A 74-year-old man who died saving the life of a woman who it transpired was a family friend when she jumped onto train tracks has been hailed a hero by his family.

Retired academic Dr David Ashworth saw Ella Akehurst, 38, jump from a railway bridge and land between the tracks at Chartham train station in Kent at around 11am on Tuesday (16 June).

"The lady had been on the bridge over the line and then jumped off it, landing right between the rails where she was lying parallel between them," eye witness Michael Kember, 44, told Kent Online.

"The man then jumped down and was trying to get her off. While he was doing that you could hear the electric rail buzzing, meaning that the train was coming. You could hear the driver was sounding the horn and the brakes of the train were squealing.

"The man couldn't get her off and he was then trying to get to the end of the platform but did not make it, and that was when the accident happened.

"The bloke was a hero."

A British Transport Police (BTP) spokesman said: "Shortly before 10.55am on Tuesday, 16 June, our officers were called to the line near to Chartham rail station following reports of a person having been struck by a train.

"BTP officers attended, alongside colleagues from Kent Police and South East Coast Ambulance Service, and discovered two people - a man in his 70s and a woman in her 30s - had been struck by a train.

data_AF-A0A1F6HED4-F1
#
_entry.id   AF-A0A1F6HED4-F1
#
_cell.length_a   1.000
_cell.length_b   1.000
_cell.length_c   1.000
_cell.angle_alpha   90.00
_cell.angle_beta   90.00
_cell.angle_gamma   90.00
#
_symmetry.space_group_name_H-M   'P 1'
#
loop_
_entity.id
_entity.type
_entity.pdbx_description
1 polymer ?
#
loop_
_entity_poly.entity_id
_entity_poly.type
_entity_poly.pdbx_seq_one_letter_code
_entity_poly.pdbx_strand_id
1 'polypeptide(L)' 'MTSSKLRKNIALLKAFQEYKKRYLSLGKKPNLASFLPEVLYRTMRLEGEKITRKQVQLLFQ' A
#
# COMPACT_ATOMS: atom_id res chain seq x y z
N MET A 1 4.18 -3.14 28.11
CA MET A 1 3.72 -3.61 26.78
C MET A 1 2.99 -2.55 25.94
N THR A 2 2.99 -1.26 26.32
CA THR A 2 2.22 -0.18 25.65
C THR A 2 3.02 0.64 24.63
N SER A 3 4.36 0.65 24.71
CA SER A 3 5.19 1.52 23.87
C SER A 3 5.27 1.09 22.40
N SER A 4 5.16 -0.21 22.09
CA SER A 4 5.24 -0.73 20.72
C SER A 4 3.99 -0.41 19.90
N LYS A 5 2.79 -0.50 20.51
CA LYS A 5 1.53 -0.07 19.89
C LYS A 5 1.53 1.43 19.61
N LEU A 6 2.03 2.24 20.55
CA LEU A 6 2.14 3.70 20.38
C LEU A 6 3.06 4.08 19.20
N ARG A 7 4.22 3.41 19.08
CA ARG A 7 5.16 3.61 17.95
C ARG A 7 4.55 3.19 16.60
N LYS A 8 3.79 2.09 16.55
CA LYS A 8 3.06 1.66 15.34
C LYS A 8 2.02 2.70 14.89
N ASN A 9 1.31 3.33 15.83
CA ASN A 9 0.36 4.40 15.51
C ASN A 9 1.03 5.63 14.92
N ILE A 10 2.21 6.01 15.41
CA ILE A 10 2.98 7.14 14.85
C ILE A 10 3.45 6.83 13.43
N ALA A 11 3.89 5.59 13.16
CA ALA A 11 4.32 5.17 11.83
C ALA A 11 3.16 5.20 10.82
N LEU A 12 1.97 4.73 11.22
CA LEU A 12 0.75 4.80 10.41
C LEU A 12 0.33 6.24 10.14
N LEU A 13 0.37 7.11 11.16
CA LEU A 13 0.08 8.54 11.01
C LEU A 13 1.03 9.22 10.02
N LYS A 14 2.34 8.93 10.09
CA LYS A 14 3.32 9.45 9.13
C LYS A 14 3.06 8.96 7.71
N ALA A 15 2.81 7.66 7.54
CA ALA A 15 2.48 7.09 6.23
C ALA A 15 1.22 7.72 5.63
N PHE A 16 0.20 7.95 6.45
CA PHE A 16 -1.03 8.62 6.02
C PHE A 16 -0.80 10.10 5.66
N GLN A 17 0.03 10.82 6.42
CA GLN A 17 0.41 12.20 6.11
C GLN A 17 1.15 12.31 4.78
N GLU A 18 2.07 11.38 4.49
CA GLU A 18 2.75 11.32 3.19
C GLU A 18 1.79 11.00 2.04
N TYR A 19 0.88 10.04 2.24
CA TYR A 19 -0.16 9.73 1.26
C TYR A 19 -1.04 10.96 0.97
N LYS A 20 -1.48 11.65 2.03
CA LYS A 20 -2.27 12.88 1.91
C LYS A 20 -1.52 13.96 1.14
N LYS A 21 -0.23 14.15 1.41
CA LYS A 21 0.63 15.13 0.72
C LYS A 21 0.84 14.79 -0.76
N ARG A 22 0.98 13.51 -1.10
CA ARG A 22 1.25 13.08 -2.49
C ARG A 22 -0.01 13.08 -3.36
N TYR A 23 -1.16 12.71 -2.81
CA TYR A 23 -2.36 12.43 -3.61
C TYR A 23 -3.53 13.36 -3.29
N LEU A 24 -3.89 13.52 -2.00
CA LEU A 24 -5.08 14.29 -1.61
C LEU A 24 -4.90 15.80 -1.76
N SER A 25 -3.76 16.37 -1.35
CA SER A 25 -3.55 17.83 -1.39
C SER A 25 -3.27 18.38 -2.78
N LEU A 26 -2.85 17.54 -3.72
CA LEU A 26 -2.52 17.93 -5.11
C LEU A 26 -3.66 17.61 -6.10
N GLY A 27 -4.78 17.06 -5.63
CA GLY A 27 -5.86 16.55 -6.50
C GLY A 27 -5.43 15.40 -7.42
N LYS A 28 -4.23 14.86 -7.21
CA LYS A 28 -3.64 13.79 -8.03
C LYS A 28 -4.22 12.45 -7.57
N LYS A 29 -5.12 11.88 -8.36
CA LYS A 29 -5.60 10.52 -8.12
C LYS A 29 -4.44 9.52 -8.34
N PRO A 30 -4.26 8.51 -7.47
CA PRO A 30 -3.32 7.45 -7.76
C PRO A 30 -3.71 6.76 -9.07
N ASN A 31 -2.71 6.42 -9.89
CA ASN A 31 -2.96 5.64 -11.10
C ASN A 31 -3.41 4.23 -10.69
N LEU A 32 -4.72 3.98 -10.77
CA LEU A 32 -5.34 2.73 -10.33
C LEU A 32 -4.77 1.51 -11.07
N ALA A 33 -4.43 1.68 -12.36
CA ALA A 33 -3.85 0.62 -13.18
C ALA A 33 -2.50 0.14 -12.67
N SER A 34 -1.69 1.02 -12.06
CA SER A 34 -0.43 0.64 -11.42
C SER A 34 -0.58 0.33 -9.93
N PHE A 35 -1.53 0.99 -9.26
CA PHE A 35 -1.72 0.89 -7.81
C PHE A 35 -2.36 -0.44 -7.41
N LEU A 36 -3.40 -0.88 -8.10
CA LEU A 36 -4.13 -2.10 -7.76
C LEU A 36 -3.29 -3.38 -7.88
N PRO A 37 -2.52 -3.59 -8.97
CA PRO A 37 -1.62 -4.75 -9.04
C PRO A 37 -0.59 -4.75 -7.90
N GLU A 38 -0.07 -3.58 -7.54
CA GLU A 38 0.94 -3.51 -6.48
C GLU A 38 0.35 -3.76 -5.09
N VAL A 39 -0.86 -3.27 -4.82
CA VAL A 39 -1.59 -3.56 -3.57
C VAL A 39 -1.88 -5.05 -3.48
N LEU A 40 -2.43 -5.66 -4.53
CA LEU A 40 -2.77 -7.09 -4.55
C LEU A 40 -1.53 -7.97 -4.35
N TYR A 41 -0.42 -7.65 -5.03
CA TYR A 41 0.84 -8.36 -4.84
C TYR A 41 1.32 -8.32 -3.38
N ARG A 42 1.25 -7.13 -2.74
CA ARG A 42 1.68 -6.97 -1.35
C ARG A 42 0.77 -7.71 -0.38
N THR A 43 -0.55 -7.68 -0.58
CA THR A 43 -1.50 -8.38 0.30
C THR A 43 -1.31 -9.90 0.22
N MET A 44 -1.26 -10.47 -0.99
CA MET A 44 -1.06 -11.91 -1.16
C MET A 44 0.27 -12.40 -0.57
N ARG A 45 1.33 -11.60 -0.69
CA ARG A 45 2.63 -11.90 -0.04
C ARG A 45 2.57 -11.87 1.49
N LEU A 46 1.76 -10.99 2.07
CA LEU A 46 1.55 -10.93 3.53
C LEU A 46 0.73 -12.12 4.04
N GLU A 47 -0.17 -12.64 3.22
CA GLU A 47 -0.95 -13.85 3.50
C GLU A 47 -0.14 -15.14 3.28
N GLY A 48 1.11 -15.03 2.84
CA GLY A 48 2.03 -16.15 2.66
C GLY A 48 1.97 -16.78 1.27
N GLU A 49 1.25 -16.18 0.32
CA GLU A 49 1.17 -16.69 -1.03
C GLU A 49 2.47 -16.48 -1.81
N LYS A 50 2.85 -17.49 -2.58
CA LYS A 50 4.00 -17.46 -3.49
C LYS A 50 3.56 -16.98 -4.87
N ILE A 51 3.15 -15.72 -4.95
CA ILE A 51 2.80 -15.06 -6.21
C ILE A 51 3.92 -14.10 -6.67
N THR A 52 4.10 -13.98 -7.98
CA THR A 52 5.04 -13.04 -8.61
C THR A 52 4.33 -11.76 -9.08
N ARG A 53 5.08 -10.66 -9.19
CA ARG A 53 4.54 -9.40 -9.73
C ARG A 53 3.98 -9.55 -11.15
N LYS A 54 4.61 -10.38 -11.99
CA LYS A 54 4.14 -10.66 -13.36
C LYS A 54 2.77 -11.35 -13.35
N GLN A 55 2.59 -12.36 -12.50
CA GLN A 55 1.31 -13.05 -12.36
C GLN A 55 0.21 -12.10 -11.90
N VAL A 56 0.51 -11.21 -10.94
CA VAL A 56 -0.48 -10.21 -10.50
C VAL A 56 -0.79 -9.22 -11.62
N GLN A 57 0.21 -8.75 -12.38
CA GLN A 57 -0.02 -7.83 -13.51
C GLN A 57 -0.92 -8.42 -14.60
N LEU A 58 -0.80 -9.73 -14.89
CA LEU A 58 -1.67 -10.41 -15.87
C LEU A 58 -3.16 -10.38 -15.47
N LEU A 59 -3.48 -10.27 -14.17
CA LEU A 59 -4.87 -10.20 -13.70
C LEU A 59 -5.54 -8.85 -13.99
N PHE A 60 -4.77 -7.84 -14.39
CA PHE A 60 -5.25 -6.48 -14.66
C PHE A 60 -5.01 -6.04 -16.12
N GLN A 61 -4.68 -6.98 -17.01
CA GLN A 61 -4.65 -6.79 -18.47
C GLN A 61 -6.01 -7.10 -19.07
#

"Sadly, the man died as a result of his injuries. The woman was treated at the scene before being taken to hospital, where she remains in a serious but stable condition.

"Both families have been informed. The incident is not being treated as suspicious and a report will be prepared for the coroner."

Ms Akehurst was airlifted to Kings College Hospital in South London. In a bizarre twist it transpired that Dr Ashworth, believed to be a widower, had known the family of Ms Akehurst for decades.

Ella's brother Luke said: "We are devastated by the death of David Ashworth who was a much-loved friend of our family and had been part of our lives for three decades.

"He was a kind, caring and totally selfless person and that he lost his life heroically saving Ella's life is a tragedy. Our thoughts are with his family."

Dr Ashworth was a professor in electronics at the University of Kent in the 1970s and once worked in the US for Nasa.

Dr Ashworth's family said in a statement: "We are very proud of our father's actions in saving the life of a young lady and clearly devastated at the loss of his life in doing so.

"Our thoughts are with the young lady, her family, and the train driver and we would like to add that we request privacy at this difficult time."